The Problems of Deception part 3

Some time ago, a woman-friend who worked in a nearby office-building told me that, the day before, she had taken a break from work and gone to the ladies' room on her floor. As she sat in her stall, a tall person entered the stall next to hers, wearing huge red high heels--that pointed toward the stall, rather than away from it. She was married and knew it had to be a guy. She asked around and learned that the cross-dresser wasn't even on the right floor. He wanted some government department to pay for his sex-change operation.

She kept very quiet. This occured sometime in the early 1980s, following the release of Brian De Palma's new giallo movie Dressed to Kill, starring Angie Dickinson and Michael Caine. In one particularly horrific scene, a woman enters an elevator, followed by a cross-dresser wearing a black, leather coat, black sun-glasses and a blond wig. He takes out a straight-razor and slashes the woman to death. 

The whole movie carries that kind of shock. It takes Lady Caroline's Trojan-Horse ruse a step further, since it represents an intrusion into the personal space of other people, under false pretenses. Who can forget a scene like that? Everyone likes to think they are safe in public bathrooms and elevators.


If we remove the moralistic hoopla about the rights of trans-people and gays in general, the truth will emerge that we instinctively mistrust people who misrepresent themselves to others, who engage in this kind of deception. I suggest that they trying to argue their way out of it. We're talking about average, unsophisticated people who like things straightforward.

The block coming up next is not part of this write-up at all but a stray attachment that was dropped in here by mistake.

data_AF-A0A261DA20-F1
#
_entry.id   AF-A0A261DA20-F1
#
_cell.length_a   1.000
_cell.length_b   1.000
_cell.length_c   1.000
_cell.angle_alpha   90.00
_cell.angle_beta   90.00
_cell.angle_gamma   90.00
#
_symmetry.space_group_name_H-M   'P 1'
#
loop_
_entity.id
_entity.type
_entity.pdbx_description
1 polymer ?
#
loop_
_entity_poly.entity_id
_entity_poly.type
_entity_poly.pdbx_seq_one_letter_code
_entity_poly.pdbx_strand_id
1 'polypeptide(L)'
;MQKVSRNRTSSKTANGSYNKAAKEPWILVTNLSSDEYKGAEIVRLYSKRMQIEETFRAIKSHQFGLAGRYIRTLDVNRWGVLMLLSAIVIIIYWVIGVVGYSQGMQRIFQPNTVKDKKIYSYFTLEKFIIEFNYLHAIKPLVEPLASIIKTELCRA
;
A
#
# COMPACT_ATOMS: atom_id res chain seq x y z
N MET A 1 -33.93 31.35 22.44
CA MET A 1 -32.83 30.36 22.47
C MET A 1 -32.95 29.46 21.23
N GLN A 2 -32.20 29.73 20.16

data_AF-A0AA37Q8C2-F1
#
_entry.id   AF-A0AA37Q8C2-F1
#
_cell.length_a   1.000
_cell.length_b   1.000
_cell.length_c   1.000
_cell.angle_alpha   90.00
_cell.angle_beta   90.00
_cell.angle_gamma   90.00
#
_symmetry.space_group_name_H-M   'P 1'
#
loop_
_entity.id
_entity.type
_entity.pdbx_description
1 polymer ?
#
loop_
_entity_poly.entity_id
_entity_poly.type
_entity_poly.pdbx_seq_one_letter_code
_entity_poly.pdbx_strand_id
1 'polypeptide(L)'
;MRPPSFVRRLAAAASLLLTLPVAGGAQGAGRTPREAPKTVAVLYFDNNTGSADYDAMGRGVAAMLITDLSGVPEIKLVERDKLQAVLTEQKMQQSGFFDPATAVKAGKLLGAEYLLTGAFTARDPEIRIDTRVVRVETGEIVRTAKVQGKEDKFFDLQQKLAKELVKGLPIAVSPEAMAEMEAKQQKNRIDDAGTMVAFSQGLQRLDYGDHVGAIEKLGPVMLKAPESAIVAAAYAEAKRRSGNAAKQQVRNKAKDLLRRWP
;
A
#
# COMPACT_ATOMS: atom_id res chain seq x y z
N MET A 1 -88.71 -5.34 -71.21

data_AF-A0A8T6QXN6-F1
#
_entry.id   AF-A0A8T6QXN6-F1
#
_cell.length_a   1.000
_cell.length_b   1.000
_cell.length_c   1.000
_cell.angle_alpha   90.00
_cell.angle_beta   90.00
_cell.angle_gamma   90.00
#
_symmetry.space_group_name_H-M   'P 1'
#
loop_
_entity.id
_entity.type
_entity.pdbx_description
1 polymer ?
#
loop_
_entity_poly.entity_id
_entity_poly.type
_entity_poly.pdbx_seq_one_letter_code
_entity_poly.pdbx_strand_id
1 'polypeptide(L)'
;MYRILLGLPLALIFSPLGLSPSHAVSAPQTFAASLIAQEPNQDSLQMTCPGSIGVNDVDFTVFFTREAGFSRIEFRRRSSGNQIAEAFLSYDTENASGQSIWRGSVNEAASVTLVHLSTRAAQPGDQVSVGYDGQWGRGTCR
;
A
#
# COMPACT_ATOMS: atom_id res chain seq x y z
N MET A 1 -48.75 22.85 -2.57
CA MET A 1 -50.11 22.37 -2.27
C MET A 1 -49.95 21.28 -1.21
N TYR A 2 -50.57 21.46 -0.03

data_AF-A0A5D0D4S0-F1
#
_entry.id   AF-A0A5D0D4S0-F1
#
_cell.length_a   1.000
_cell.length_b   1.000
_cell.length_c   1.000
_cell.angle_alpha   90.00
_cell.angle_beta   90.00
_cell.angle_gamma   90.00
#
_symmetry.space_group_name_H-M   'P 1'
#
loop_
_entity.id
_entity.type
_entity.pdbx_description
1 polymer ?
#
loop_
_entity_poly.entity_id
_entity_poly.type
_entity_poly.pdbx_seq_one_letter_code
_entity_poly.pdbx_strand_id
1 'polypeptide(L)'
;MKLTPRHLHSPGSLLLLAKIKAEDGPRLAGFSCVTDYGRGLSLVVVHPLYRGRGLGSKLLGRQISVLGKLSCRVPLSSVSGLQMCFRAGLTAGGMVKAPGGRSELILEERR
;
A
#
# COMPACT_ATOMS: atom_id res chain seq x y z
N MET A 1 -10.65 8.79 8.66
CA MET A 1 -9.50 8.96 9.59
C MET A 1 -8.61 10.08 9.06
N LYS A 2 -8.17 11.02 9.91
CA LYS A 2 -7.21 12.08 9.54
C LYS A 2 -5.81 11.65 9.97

Rather than run to legislators or put pressure on the public, gays and trans people need to win the trust of the pedestrian public, because the truth about this situation is that the public is afraid. Seen in the light of the rape of boys by clergymen and the Dunblane massacre in Scotland, the public has enough justifiable fear about the intentions of gays and lesbians not to trust them, no matter how much lobbying they do. Bradley Manning did not go to prison for cross-dressing. He went for giving away the secrets of his country. He violated his oath to "serve" his country, not betray it, so he earned his prison time.

Basically, people have no problem with women who pretend to be men, or visa versa, Live and let live. Let people live the life they want--just find it in your own nation. What worries us is veiled intentions and blaming the nation for personal problems. Nationhood requires courage, character and leadership-orientation. In your own nation, no one has to pretend or obfuscate. The philosophy of the nation lets citizens live transparently. The gays need to find their paradise the way Salomon Perel did. Build a society on the ideal of transparency. 

Left-wing people salute Manning for the courage to betray the US. They may not feel so generous if someone betrays their country. After all the hard work they went through to create it, the idea of a disgruntled crumb-bum selling them down the river will enrage them, exactly as Manning's actions enrage most Americans.

They need to abandon their posture of disaffection toward the US, and embrace pro-active nation-building. They can't excuse themselves, saying that they don't believe in nationhood, just as they don't believe in gender; but don't leftists value having real estate under their feet? How far do they want to take an extra-national stance, except as a ruse.